Inside the tribes and the clans class differentiation takes place. The more wealthy clans take pride in their ancestors, and hence preserve the clan structure for a longer time. Members of the poorer clans forget about their clan relationships sooner.

2. According to A. Bonnar, the main reason for the Trojan war was the economic rivalry between the mainland Greeks and the fortress of Troy (situated on the Asia Minor). Poor development of economy leads to a rather small size of the force besieging the fortress, and to the whole undertaking taking 10 years. Thucydides writes that the expedition of Agamemnon was of a small size "not so much from lack of manpower but from lack of money. Lack of food provisions has forced them to decrease the size to the level where they expected that they could live on the soil on which they fought... they cultivated the soil of Khersones and went on marauding expeditions due to lack of provisions. Because of such dissipation of forces, the Trojans could withstand the assault for ten years".

3. Consciousness in the epoch of Homer

1. The main meaning of the "Iliad" are the internal struggles in the camp of the Greeks during the siege of the Ilion (another name of Troy). At the head of one party is the king Agamemnon; at the head of another party is Achilles. Achilles refuses to go to a fight because the king takes a girl prisoner into his tent. As a result, Patroclus, the best friend of Achilles, is killed. This tragedy is not specific to the siege of Troy, but has repeated itself again and again in human history. That's why we find the story interesting.

2. The other masterpiece of Homer is the "Odyssey". It is the story of the long way home. What can be more intimate than this theme? For those who have not left their country for any period of time this is hardly understandable. Great difficulties and temptations are on the way of such a wanderer.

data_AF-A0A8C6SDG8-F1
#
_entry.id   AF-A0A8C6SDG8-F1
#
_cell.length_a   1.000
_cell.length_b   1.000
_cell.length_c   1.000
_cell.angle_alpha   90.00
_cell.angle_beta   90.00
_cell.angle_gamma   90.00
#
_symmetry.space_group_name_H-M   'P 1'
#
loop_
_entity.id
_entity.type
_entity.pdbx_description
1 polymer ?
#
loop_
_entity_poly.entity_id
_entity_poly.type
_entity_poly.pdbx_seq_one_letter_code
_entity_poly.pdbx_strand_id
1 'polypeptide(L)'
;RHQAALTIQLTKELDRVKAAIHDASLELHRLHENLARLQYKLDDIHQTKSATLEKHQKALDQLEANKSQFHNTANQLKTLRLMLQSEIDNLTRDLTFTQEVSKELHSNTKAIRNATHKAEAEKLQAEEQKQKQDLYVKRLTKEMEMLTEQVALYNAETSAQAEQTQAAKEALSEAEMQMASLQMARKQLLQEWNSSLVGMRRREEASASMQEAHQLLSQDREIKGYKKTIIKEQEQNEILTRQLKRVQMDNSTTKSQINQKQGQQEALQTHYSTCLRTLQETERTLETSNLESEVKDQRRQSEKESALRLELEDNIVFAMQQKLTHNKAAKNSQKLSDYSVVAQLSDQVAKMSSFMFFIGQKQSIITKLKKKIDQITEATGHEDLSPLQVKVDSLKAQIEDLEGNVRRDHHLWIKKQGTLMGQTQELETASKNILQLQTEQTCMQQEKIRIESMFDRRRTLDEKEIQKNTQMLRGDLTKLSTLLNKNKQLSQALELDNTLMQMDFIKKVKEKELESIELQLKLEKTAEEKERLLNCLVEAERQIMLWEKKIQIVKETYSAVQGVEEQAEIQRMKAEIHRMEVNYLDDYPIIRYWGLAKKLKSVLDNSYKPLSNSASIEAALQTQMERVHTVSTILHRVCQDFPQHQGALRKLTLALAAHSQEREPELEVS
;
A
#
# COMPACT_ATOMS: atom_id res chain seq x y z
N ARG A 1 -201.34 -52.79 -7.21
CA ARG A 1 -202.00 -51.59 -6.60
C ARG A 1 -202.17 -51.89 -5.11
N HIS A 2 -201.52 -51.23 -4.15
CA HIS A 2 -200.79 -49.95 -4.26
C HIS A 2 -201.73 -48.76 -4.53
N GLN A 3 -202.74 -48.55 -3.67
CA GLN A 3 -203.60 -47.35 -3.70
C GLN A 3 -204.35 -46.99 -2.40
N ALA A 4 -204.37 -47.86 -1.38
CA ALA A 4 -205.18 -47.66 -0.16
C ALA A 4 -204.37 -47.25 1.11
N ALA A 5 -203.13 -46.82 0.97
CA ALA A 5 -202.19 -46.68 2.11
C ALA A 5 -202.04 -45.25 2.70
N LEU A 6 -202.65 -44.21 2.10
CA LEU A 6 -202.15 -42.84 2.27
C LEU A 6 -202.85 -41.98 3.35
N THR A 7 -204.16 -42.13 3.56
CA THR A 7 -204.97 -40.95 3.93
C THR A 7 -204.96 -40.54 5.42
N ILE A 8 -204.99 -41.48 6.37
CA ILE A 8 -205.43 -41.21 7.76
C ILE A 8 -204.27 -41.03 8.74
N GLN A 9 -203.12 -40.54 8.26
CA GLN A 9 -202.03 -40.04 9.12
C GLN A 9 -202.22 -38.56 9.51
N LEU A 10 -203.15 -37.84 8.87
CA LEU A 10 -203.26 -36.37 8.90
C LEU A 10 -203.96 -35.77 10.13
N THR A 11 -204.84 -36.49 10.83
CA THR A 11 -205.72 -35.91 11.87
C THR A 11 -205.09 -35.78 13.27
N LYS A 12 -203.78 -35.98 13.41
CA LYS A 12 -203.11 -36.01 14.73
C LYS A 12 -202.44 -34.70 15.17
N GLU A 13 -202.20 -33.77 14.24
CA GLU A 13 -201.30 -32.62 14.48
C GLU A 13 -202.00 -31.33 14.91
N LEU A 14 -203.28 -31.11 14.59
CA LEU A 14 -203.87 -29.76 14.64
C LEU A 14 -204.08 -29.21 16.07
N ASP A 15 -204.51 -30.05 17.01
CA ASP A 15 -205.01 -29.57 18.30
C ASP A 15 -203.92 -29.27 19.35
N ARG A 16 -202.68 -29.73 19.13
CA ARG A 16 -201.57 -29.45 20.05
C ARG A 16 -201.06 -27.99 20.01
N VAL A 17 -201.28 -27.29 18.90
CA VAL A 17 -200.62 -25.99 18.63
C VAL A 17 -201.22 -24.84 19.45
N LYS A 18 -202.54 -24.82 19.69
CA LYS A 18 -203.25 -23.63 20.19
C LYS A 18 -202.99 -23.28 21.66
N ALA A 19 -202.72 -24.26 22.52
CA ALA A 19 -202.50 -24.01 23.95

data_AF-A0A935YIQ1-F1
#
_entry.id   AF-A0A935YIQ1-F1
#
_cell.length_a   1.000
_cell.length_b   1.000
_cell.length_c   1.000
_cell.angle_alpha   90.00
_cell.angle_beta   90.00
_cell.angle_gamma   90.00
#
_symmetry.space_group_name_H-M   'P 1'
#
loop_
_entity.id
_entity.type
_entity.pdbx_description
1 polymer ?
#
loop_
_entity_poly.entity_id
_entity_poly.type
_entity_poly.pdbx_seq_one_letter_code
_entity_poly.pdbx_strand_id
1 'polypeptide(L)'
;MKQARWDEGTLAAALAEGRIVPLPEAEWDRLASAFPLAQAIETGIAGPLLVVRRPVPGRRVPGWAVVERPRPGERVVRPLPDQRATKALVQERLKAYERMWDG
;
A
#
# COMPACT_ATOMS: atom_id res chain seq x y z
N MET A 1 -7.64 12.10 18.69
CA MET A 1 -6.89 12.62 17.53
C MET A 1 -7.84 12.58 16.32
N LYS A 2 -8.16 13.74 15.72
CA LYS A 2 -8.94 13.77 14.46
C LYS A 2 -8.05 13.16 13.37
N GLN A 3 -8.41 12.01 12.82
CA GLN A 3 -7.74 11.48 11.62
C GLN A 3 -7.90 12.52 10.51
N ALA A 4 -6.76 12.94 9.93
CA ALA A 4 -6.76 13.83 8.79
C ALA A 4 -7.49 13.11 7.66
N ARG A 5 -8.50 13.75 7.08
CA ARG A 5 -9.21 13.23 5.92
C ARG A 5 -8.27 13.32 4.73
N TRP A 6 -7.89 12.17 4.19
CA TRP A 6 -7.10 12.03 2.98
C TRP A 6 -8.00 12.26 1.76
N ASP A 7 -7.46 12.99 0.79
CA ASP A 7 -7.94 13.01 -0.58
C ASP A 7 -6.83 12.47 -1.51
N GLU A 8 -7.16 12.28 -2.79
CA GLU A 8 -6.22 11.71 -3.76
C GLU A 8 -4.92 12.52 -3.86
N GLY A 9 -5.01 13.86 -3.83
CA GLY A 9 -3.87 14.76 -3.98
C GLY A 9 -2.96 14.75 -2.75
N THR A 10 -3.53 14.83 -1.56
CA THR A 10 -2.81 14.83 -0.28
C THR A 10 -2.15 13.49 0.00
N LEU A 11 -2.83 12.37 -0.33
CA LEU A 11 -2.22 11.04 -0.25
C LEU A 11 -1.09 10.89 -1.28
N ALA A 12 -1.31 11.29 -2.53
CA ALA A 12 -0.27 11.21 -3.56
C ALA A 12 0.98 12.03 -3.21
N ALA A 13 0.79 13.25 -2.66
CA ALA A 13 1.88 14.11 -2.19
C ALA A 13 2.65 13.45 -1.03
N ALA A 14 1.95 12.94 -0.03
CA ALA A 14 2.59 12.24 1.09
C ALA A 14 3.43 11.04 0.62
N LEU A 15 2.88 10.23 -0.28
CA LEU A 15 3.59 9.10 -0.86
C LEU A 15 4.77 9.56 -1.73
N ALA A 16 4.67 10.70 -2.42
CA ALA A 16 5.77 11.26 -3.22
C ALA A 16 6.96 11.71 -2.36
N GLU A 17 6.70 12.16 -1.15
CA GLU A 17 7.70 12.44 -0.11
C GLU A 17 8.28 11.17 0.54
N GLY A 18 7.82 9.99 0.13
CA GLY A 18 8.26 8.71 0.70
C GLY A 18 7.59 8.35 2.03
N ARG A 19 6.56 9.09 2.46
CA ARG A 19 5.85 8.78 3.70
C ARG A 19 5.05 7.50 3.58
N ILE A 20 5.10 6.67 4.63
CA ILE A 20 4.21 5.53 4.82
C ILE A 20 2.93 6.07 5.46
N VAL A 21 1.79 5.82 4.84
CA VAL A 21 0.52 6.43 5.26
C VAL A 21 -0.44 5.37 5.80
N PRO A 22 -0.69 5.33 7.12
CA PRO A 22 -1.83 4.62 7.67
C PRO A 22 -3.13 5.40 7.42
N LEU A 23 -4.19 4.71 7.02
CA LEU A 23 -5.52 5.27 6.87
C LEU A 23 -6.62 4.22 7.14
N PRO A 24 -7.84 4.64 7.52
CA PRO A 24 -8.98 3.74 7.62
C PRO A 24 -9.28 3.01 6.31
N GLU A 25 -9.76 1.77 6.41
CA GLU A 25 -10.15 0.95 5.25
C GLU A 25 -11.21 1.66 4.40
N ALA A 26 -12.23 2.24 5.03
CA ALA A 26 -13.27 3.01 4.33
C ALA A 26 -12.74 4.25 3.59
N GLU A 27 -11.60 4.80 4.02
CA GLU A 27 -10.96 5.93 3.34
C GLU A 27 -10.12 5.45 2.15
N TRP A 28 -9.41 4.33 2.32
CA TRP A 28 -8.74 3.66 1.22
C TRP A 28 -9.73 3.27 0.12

3. A. Bonnar writes: "The Homer's epoch coincides with a big outburst in the class struggle, perhaps the sharpest which the history has known. In this struggle the poor people, who didn't have any land, or who had very little of it, under the leadership of the traders, have attempted to take from the land aristocracy the privilege to land ownership, which the latter usurped. At the same time, the people take hold of the culture of the ruling classes, make it their own, and create their own masterpieces". If we compare Homer with other great poets - Milton of the English revolution, (Robert) Burns and the struggle of the oppressed Irish peasants, Mayakovsky and the epoch of the Russian revolution, (Vladimir) Visotsky and the stifling times of the Brezhnev era - we can say that everything great partakes of the world Revolution; everything great reflects the revolutionary sun. Everything great is a part of the Revolution, its specific manifestation at the given moment, as Hegel would say, its "spirit".